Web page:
There is only one Betsy Carmichael and there is only one chance this season to see her in her element, in O'Connell & Company's bonus show for November, "Betsy Carmichael's Bingo Palace."
Born the daughter of a Buffalo bingo caller (according to her unofficial biography), Betsy grew up determined to spread bingo joy to all the world. With help from alter-ego Joey Bucheker and John Pirrone, directed by Betsy's bestie Mary Kate O'Connell, Betsy will be sharing that joy at 7:30 p.m. Nov. 16 in O'Connell & Company's new home theater at Ken-Ton Elmwood Commons (3200 Elmwood Ave., Tonawanda). Parking is behind the building, which is a former elementary school.
Tickets are $32 general, $27 for seniors and $17 for students, military and children. Call 848-0800 for reservations; tickets also will be available at the door. Arrive ready to get involved, because Betsy hates playing bingo alone.
Theater lovers planning to be farther south on the weekend might want to try the latest presentation from the Aurora Players Readers Theater, a staged reading of "Something Wicked" by local playwright James A. Marco. Marco's inspiration for the play is one of the most notorious events in Buffalo's early history: the triple hanging of brothers from the Town of Boston in 1825. The three Thayer brothers killed John Love after they became so indebted to him that they were going to lose the family farm. Their execution in Niagara Square drew more than 20,000 to what was then the small town of Buffalo and made it famous, in a gruesome way.
Readings of "Something Wicked" will be at 7:30 p.m. Nov. 15 and 16 at the Roycroft Pavilion in Hamlin Park (166 S. Grove St., East Aurora). Tickets are $5 at the door.
Even farther south, in Chautauqua County, the Lucille Ball Little Theatre opens "Harvey," the Pulitzer Prize-winning play about a gentle man and his closest friend and drinking companion, a 6-foot-6-inch tall rabbit named Harvey. Shows are Fridays through Sundays, Nov. 15 through 24. Tickets are $20 at lucilleballlittletheatre.org or call 483-1095.
The Lucille Ball Little Theatre is at 18 East Second St., Jamestown, just east of the intersection with Route 60 (North Main Street). You can also find information about nearby restaurants on the theater's website.
Curtains also rise on campuses
Settle in for something silly at SUNY Buffalo State when students present the award-winning musical comedy sendup "The Drowsy Chaperone," set partially in the 1920s but first presented in 1998. Find the popular show's gangsters, showgirls and mixed-up lovers on campus in the Warren Enters Theater in Upton Hall beginning Nov. 14 and running through Nov. 23.
Carlos R.A. Jones directed and choreographed the production for the Buffalo State Theater Department. The tale centers on a show-within-a-show as a Broadway fan reimagines a Jazz Age musical in his living room, to ridiculous effect. Tickets are $15, with discounts for students and Buff State faculty and staff, available by phone 878-3005, at the Rockwell Hall box office and suny.buffalostate.edu (click on "News and Events").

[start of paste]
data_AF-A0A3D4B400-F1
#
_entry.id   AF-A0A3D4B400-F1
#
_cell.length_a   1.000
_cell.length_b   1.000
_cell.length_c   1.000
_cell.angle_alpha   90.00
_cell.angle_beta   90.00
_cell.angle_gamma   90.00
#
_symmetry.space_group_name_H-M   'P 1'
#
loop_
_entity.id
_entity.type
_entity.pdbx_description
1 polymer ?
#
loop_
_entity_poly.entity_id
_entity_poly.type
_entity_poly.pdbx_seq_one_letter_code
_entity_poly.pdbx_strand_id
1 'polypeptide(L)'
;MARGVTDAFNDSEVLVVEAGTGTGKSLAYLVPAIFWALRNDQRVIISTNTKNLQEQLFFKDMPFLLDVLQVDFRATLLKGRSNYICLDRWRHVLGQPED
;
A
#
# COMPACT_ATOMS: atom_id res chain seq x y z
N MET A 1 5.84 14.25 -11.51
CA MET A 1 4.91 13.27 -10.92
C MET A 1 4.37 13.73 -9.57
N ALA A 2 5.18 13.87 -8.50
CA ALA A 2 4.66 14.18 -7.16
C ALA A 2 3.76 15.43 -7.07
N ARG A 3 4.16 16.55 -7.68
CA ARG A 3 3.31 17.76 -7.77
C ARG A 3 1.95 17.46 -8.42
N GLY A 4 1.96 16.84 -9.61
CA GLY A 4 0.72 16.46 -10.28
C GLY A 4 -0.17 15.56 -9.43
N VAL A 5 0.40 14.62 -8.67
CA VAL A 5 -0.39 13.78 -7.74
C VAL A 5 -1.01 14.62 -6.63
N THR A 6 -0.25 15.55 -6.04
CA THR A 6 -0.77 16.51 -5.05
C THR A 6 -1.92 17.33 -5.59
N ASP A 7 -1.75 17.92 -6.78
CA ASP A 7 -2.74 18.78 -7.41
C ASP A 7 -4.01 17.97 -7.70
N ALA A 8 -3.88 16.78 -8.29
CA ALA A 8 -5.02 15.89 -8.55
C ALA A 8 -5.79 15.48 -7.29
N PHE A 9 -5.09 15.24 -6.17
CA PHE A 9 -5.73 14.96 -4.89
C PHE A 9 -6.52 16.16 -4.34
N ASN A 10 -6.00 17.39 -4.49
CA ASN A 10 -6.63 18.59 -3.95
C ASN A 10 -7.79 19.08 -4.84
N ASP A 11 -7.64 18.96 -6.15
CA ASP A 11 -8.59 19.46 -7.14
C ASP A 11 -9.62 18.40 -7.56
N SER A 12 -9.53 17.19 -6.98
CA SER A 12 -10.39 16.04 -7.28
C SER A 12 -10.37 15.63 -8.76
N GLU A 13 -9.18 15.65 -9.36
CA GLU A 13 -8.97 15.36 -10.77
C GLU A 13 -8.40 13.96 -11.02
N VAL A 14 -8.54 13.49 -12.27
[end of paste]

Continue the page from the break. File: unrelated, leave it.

Another flash from the theater past opens across town at the UB Center for the Arts, when the University at Buffalo's Theatre and Dance Department presents the much-loved musical hit "Guys and Dolls." More gangsters, gamblers and singers populate this production, based on stories by Damon Runyon and directed here by Keith Andrews. Among the student performers are Western New Yorkers Hannah Keller, Thomas Evans, Michael Wells and Jamil Kassem-Lopez.
Performances are Nov. 15 through 24 in the Black Box Theatre in the Center for the Arts on the UB North Campus (find directions at ubcfa.org). Tickets are $20 general, $10 for students and seniors, also through the center's website, and will be available at the door for one hour before showtimes.
It isn't just the theater students who are getting their acts together at UB. The UB Department of Theatre and Dance presents dance works in its Emerging Artists Showcase, directed by faculty member Joyce Miller Lichtenberger and student Alexis Corletta. Student choreographers used music by Duke Ellington, George Winston, Bon Iver and other genres to develop their works in styles of tap, jazz, modern and even Irish step.
The showcase will be presented at 7:30 p.m. Nov. 15 and 16 and at 2 p.m. Nov. 17 at 2 p.m. in the Katharine Cornell Theatre in the Ellicott Complex, UB North Campus. Tickets are $20; $10 for students and seniors, at the door.
In the throes of poetry at 'Poetexpo'
Words rule at the Burchfield Penney Arts Center during the special literary event "Entropy: The Poetexpo" from 1 to 6 p.m. Nov. 16. The interactive afternoon of verse of all kinds includes an opening panel discussion with some of the day's readers, a showcase for young writers from Just Buffalo Writing Center, mini workshops on journaling and making journals from upcycled media and a chance to get your own author portrait from photographer Rylea Cammarano.
A stellar lineup of poets will be on hand, including Russian-born Buffalonian Marina Blitshteyn; children's rights advocate and author Rachel Robles Saeger; Latino poet and letter writer Matthew Bosque; chapbook author and anthologist Meghann Boltz; and the incomparable Marquis "Ten Thousand" Burton, a writer, educator, poetry slam team leader, Music Is Art poetry curator and spoken-word artist extraordinaire. Burton alone is worth the price of admission, which is included with gallery admission and free for members.